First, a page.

UNKNOWN; Krishna the jubilant butter thief and Shivakami Uma
By Tarun Nagesh
The Chola kingdom (c.880-1279 CE) reached its height in the eleventh century, when it controlled much of south and east of the Indian subcontinent and formed one of the most important artistic riods in Indian history. Arts patronage abounded, with numerous temples, many of which still function today, constructed across southern India in veneration of the Hindu gods. The makers of bronze statuary reached an unprecedented level of skill and their works a level of significance, as images of the gods were made to be housed in the temples but also portable for processions and festivals in surrounding communities, and were believed to be actual embodiments of the deities.
Among the hundreds of gods that appear across India, Krishna is one of the most celebrated. He is not only revered as a supreme ruler and the eighth avatar of Vishnu, the preserver of the cosmos, but worshipped at a personal level in the form of bhakti, a humble sharing of love and devotion.(1) Krishna appears in many forms: as king, lover, flute player, dancer. He is often depicted playing the flute among the cows and cowherds, surrounded by enamoured gopis (female cowherd), or poised on one foot while subduing the fierce river serpent Kaliya by dancing on his head.(2) In the sculpture of southern India, Krishna is frequently represented as bala Krishna, a child. In this form, he was raised in the cottage of a cowherd to escape his uncle, King Kansa, who had imprisoned his parents and killed his brothers.
A Collection sculpture depicts Krishna as a mischievous youth in a cheerful dancing pose, holding a small ball of butter in his hand. He had stolen the butter from his foster mother, Yashoda, who demanded that Krishna open his mouth. Peering in, she could see the entire universe - a revelation of the child’s divinity. Krishna the jubilant butter thief shows Krishna posed in a relaxed and balanced position emulating Indian folk rather than classical dance. His body has the rounded softness of a child’s, and is decorated with fine necklaces, anklets and belts, tassels on his shoulders, heavy jewelled earrings, and a detailed chignon emphasising his height. This figure was later appropriated to depict the child saint Sambander, portrayed almost identically but with the protruding right hand pointing towards Uma, who had given him milk as a hungry toddler.(3) The figure expresses both the happy mischievousness of the act as well as the grace and divinity of the incarnation.
Another bronze sculpture in the Collection, Shivakami Uma, depicts Uma, the consort and shakti (female energy) of Shiva. Uma plays an important role in Hindu mythology - Shiva embodies the great force of creator and destroyer, but it is the female energy of Uma (also referred to as Parvati) who enables Shiva to activate his power to create.(4) The daughter of King Himalaya, Uma was born out of compassion for the gods, and for the purpose of bearing Shiva’s child who would be able to defeat the demon Taraka. However, the gods were unable to unite the pair - only after 36 000 years of performing ascetic feats in the mountains could Uma prove that her power and determination equalled Shiva’s and that she was acceptable as his bride.(5) Commonly appearing in temples alongside Shiva, Uma is the subject of devotional offering and is characterised by the presence of a lotus flower in her right hand. Standing on a double lotus base, here Uma wears an elaborate jewelled headdress, strings of jewels and pearls, bracelets, anklets and armlets, along with belts and sashes studded with precious stones, while her lined lower garment follows the gentle bend in her knees and hips.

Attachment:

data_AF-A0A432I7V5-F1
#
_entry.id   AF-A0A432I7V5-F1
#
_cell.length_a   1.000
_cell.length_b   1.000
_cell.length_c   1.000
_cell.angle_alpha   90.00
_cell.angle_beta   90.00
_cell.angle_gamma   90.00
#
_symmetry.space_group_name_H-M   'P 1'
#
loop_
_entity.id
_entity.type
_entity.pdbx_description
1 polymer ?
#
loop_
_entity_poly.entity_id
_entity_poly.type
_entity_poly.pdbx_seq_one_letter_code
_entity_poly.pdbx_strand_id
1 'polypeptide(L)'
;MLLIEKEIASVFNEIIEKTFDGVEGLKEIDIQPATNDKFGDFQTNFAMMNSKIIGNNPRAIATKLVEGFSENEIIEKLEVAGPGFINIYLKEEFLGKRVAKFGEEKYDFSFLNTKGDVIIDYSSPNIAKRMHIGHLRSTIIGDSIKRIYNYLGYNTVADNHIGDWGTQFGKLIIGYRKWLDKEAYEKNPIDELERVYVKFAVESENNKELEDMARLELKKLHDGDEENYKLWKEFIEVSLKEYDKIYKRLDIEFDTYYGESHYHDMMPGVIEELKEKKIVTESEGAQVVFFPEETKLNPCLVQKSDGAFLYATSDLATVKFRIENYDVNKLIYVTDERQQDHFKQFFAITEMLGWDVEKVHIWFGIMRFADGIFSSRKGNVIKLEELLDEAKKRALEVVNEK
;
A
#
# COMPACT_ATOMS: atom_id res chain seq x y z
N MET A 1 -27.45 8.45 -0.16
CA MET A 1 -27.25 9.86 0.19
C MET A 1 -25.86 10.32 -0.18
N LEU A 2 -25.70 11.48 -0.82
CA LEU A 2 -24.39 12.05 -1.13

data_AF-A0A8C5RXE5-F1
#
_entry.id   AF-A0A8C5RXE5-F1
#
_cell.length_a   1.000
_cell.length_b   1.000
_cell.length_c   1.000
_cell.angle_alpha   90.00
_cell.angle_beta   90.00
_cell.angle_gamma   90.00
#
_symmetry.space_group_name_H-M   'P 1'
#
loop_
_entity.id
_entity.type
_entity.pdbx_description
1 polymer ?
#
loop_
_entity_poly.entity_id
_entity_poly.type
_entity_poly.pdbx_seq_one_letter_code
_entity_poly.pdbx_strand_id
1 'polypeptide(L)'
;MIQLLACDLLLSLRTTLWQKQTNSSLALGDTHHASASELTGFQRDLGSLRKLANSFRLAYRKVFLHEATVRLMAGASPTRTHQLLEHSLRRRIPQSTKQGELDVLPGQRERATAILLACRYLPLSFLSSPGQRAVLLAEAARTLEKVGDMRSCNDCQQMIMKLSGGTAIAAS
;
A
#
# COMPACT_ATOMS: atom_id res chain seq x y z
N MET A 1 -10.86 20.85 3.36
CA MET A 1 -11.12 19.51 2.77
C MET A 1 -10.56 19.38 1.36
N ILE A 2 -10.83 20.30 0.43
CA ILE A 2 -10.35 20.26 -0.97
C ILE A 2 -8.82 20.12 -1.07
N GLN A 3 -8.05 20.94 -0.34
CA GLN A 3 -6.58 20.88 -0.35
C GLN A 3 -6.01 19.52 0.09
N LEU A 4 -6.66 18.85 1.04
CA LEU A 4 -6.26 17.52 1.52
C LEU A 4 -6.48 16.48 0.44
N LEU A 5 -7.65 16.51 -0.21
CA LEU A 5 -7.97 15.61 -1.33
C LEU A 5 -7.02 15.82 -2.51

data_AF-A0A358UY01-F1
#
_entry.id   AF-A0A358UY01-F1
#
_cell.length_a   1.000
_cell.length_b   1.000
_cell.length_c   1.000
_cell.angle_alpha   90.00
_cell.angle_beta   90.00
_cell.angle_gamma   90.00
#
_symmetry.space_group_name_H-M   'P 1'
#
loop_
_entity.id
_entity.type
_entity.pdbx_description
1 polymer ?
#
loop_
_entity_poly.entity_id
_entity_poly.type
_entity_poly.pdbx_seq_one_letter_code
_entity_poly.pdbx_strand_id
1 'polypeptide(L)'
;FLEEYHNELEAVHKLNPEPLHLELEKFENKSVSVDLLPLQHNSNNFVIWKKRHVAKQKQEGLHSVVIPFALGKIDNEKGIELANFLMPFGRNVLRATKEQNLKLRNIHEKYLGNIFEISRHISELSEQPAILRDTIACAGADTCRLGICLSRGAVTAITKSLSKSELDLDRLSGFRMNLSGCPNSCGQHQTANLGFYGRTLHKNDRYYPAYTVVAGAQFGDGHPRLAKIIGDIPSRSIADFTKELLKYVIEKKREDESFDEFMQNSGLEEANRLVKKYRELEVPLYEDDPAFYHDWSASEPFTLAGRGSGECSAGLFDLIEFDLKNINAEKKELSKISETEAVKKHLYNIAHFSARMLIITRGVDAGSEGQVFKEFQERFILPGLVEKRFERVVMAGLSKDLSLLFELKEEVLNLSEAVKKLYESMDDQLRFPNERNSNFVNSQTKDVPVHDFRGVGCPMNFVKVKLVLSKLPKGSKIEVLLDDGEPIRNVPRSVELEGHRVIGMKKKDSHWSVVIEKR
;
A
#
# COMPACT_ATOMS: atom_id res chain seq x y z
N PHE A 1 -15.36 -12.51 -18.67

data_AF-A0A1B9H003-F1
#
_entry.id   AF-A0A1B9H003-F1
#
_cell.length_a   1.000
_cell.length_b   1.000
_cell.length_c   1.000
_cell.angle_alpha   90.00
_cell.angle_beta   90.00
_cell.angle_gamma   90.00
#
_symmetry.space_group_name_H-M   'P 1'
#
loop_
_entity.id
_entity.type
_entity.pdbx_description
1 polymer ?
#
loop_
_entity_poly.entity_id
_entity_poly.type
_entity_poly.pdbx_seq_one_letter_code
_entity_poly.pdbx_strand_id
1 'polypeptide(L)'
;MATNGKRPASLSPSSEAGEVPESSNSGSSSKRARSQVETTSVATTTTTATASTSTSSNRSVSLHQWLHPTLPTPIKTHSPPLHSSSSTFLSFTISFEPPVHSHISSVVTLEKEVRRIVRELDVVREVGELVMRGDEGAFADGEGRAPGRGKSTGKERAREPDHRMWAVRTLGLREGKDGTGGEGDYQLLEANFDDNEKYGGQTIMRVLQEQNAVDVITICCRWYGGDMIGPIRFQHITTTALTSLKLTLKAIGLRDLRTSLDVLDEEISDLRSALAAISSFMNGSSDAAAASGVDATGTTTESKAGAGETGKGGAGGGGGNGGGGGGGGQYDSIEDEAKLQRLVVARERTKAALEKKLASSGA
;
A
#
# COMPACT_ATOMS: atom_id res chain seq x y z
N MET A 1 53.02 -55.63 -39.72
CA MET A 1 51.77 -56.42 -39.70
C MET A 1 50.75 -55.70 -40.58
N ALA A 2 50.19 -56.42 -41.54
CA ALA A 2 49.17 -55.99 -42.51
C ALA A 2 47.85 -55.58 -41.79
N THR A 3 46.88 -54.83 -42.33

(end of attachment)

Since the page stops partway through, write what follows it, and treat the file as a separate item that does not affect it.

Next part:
These two figures are fine examples of works by the great Chola artists, and reveal particular nuances of Hindu customs and mythology. They tell the tale of a theft that revealed a child’s divinity, and of a supreme cosmic force that resulted in a gentle, welcoming beauty.
Tarun Nagesh, Artlines 3-2012, pp.44-5.
1 Heinrich Zimmer, Myths and Symbols in Indian Art and Civilization, Harper and Row, New York, 1962, p.27.
2 Heinrich Zimmer, The Art of Indian Asia, Princeton University Press, New Jersey, 1960, p.357.
3 Jim Masselos, ‘Worship and devotion’, in Dancing to the Flute: Music and Dance in Indian Art, Art Gallery of New South Wales, Sydney, 1997, pp.156-8.
4. Aschwin Lippe, ‘Divine images in stone and bronze: South India, Chola dynasty (c.850-1280)’, in Metropolitan Museum Journal, vol.4, Metropolitan Museum of Art, New York, 1971, p.69.
5. Zimmer, 1960, pp.118-20.